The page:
This course focuses on inkjet printheads and printers for digital textile printing. The history of textile printing, textile market application, and growth rate projections are reviewed. Fabric composition and construction are described. Printing inks and finishing processes are compared across fabric types. Analog and digital textile printing processes are contrasted. Advantages of digital textile printing and barriers to adoption are explained. The role of Industry 4.0 and the IoT in the transformation to digital textile manufacturing are described. Inkjet printheads used in textile printers from major manufacturers are reviewed. Textile printers from Epson, Mimaki, HP Inc., EFI, Konica Minolta, Dover, and SPGPrints are scrutinized and compared. The latest digital textile printer introductions from ITMA 2019 are reviewed.

Ronald Askeland  is currently an HP Emeritus Engineer with MBO Partners in San Diego. He has more than 35 years of experience in inkjet technology and has been awarded more than 70 US patents on inkjet inks and printing systems. Askeland received his PhD in analytical chemistry from Colorado State University. Previously he worked as a system architect for HP Inc. in San Diego, CA (1984-2011 and 2016-2020) and Barcelona (2012-2015). Askeland is the author of Inkjet Print Engines in The Handbook of Digital Imaging (edited by Michael Kriss ©2015 John Wiley & Sons, Ltd.).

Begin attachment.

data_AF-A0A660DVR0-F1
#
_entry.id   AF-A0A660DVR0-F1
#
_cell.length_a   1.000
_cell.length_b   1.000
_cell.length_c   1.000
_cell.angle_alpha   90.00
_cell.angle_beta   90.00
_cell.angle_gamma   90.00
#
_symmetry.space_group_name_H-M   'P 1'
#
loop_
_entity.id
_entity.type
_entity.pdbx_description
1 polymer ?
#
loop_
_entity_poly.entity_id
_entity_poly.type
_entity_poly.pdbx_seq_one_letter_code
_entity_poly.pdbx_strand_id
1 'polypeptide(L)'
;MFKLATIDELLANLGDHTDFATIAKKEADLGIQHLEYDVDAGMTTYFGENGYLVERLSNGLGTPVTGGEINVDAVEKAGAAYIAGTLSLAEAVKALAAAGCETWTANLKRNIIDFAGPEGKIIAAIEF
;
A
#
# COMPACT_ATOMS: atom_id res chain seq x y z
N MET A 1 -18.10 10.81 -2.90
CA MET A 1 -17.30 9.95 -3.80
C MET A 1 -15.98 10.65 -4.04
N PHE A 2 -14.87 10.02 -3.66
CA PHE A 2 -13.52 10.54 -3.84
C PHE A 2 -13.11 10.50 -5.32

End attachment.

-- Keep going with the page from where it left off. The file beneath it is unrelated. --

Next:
SC08: An Introduction to Digital Fabrication and Additive Manufacturing: Methods, Materials, and Applications

Instructor: James W. Stasiak, HP Labs
Level: Introduction
Duration: 2 hours

Benefits:
This course enables an attendee to:

  • Develop an understanding of different digital fabrication and additive manufacturing methods and materials.
  • List and compare different applications that range from printed electronics to the life sciences.
  • Develop an understanding of the technology landscape, key players, and practitioners.
  • Evaluate the technological issues and challenges that will guide the evolution of digital fabrication and manufacturing applications and implementations.

Intended Audience: this is a survey course for engineers, scientists, and technical professionals who are interested in the history, current state, and future of digital fabrication and additive manufacturing technologies.

Course Description:
Over the last two decades, there has been a remarkable convergence of two disparate technologies: commercial and industrial digital printing and the extension of digital printing methods and materials to fabricate and manufacture physical objects. This convergence—a blending of traditional printing methods, advances in materials science, and manufacturing methods—has established a new technology domain which includes digital fabrication of physical objects in three-dimensions and various implementations of additive and digital manufacturing.